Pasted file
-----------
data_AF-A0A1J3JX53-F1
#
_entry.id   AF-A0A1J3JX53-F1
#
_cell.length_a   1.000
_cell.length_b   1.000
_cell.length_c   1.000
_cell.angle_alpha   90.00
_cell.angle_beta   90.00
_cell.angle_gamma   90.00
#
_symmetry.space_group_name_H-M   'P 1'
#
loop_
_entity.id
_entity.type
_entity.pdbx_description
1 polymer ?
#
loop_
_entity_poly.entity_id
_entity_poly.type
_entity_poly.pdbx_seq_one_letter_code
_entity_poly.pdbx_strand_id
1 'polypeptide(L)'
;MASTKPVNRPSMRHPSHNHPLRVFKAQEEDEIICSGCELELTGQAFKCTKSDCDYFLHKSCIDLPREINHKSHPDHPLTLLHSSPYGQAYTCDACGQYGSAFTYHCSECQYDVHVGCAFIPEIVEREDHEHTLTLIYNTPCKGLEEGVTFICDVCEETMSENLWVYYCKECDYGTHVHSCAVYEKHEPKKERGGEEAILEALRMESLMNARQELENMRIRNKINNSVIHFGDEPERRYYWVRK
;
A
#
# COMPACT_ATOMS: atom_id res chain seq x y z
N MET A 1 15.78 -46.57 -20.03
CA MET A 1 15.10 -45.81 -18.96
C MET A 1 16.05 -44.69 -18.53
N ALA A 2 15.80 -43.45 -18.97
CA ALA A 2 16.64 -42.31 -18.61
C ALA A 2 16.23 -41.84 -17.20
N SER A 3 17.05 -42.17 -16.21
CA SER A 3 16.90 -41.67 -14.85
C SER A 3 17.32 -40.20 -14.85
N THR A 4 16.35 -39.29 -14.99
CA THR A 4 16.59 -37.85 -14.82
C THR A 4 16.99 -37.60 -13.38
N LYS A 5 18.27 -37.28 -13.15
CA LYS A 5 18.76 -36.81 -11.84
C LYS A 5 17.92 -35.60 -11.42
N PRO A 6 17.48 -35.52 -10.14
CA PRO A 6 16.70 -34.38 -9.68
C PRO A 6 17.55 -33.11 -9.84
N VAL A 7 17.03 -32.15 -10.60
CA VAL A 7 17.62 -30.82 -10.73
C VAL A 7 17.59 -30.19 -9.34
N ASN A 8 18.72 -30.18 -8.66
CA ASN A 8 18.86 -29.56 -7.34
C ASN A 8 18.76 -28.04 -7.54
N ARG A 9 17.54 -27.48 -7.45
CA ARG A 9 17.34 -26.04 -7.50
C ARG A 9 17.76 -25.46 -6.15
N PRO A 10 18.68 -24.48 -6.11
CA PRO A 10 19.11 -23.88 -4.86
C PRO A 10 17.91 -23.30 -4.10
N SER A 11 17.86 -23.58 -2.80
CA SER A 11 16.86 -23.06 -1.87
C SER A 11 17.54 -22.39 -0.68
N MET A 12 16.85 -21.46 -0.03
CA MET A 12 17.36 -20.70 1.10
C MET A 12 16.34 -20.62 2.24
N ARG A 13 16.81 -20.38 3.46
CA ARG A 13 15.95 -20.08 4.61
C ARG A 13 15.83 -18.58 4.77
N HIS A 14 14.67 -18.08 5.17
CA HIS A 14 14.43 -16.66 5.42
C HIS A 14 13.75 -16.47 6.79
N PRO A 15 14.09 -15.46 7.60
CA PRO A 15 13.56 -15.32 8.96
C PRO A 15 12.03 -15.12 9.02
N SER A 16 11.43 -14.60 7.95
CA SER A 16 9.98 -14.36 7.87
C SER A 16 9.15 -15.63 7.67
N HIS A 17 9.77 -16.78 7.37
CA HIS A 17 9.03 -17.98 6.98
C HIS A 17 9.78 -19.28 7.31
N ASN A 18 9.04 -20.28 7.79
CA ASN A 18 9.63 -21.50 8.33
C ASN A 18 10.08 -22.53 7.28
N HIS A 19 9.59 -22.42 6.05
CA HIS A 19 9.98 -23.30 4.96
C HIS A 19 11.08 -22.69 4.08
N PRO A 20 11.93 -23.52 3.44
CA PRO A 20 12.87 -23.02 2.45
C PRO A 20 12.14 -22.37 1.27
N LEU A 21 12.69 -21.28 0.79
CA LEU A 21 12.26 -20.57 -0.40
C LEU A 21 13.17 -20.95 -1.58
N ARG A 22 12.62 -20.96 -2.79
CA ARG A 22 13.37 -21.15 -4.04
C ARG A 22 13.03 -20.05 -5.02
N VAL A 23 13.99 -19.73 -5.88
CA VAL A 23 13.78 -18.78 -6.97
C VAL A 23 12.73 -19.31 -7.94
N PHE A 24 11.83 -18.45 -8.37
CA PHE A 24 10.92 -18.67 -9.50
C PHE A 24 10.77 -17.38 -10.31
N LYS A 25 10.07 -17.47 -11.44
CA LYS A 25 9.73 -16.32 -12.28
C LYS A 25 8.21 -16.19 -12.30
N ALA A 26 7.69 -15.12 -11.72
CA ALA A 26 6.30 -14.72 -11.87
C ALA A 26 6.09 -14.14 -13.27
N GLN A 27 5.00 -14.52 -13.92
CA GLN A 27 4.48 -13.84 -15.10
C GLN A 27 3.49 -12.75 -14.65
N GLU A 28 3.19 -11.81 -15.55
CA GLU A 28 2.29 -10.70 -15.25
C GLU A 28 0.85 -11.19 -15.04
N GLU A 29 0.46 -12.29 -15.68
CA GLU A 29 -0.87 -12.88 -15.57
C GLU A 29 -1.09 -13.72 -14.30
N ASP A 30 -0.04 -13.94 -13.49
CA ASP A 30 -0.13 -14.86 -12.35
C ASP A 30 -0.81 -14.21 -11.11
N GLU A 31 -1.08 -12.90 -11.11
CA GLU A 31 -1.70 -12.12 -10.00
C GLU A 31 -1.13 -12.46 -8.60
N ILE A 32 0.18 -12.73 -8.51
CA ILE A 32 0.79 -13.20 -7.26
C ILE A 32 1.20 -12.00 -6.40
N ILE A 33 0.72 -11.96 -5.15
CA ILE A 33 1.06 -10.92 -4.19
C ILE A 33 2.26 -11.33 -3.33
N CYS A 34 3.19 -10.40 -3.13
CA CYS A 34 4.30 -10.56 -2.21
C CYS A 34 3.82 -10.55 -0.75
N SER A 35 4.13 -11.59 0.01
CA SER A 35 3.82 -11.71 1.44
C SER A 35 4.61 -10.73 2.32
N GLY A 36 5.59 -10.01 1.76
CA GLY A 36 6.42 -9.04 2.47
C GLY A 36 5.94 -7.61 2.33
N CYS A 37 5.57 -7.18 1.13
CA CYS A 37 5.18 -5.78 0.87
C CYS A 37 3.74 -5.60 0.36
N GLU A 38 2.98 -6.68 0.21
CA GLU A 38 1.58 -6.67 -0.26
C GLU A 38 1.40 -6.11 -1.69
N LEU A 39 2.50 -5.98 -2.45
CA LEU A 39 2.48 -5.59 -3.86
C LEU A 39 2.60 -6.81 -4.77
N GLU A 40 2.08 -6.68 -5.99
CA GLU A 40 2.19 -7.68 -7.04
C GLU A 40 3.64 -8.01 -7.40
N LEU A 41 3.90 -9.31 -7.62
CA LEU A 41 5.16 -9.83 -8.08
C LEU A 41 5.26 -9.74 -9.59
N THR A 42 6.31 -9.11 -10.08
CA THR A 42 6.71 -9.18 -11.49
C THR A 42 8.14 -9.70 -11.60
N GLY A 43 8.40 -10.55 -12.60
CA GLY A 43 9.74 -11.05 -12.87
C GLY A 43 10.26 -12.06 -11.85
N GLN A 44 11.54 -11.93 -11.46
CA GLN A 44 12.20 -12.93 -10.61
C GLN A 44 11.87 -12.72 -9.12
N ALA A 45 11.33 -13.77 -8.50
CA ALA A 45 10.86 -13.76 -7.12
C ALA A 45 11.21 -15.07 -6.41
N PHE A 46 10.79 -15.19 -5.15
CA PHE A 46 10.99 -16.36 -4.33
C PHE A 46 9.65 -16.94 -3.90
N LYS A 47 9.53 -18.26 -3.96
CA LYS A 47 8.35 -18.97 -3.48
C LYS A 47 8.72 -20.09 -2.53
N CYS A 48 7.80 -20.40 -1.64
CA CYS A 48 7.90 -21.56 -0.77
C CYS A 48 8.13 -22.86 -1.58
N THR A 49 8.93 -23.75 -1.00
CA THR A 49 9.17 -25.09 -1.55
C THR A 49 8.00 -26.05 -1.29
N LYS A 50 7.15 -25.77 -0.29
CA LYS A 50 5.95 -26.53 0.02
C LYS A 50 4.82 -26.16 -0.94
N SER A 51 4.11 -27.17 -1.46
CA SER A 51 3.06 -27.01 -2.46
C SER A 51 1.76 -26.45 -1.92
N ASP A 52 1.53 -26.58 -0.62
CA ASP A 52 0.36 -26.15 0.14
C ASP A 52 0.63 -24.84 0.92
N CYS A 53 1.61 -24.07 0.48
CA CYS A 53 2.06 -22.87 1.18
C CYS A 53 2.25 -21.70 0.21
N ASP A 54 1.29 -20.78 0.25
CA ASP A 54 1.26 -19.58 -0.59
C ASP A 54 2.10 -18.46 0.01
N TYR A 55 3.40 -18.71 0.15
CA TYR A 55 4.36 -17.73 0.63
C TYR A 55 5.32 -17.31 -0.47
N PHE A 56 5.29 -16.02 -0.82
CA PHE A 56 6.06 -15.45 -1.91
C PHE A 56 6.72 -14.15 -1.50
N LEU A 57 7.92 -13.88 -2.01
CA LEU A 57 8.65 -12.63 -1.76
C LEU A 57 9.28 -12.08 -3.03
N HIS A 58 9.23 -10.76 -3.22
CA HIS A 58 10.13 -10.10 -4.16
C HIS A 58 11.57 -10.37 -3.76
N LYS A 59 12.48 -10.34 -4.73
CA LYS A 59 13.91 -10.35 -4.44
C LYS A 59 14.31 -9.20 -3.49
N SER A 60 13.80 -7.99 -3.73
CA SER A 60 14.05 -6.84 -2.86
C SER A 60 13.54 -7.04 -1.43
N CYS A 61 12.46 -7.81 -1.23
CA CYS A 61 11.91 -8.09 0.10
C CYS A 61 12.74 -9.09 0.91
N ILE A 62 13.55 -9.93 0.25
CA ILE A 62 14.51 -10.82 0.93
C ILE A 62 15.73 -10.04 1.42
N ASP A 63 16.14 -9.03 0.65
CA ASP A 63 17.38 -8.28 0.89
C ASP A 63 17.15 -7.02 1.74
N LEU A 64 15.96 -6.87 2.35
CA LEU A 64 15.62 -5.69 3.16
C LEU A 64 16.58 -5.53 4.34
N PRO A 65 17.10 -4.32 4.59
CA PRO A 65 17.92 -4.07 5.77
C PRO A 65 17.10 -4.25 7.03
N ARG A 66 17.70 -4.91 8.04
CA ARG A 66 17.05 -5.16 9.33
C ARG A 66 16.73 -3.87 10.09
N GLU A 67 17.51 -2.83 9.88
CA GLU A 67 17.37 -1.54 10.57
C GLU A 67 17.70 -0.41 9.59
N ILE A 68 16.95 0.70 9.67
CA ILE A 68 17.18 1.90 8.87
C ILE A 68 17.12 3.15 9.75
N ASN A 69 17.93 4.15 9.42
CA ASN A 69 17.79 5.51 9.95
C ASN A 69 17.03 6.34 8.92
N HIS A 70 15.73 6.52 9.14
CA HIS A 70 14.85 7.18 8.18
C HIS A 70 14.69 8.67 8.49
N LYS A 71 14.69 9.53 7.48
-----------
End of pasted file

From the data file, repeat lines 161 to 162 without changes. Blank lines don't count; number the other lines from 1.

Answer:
CA GLN A 44 12.20 -12.93 -10.61
C GLN A 44 11.87 -12.72 -9.12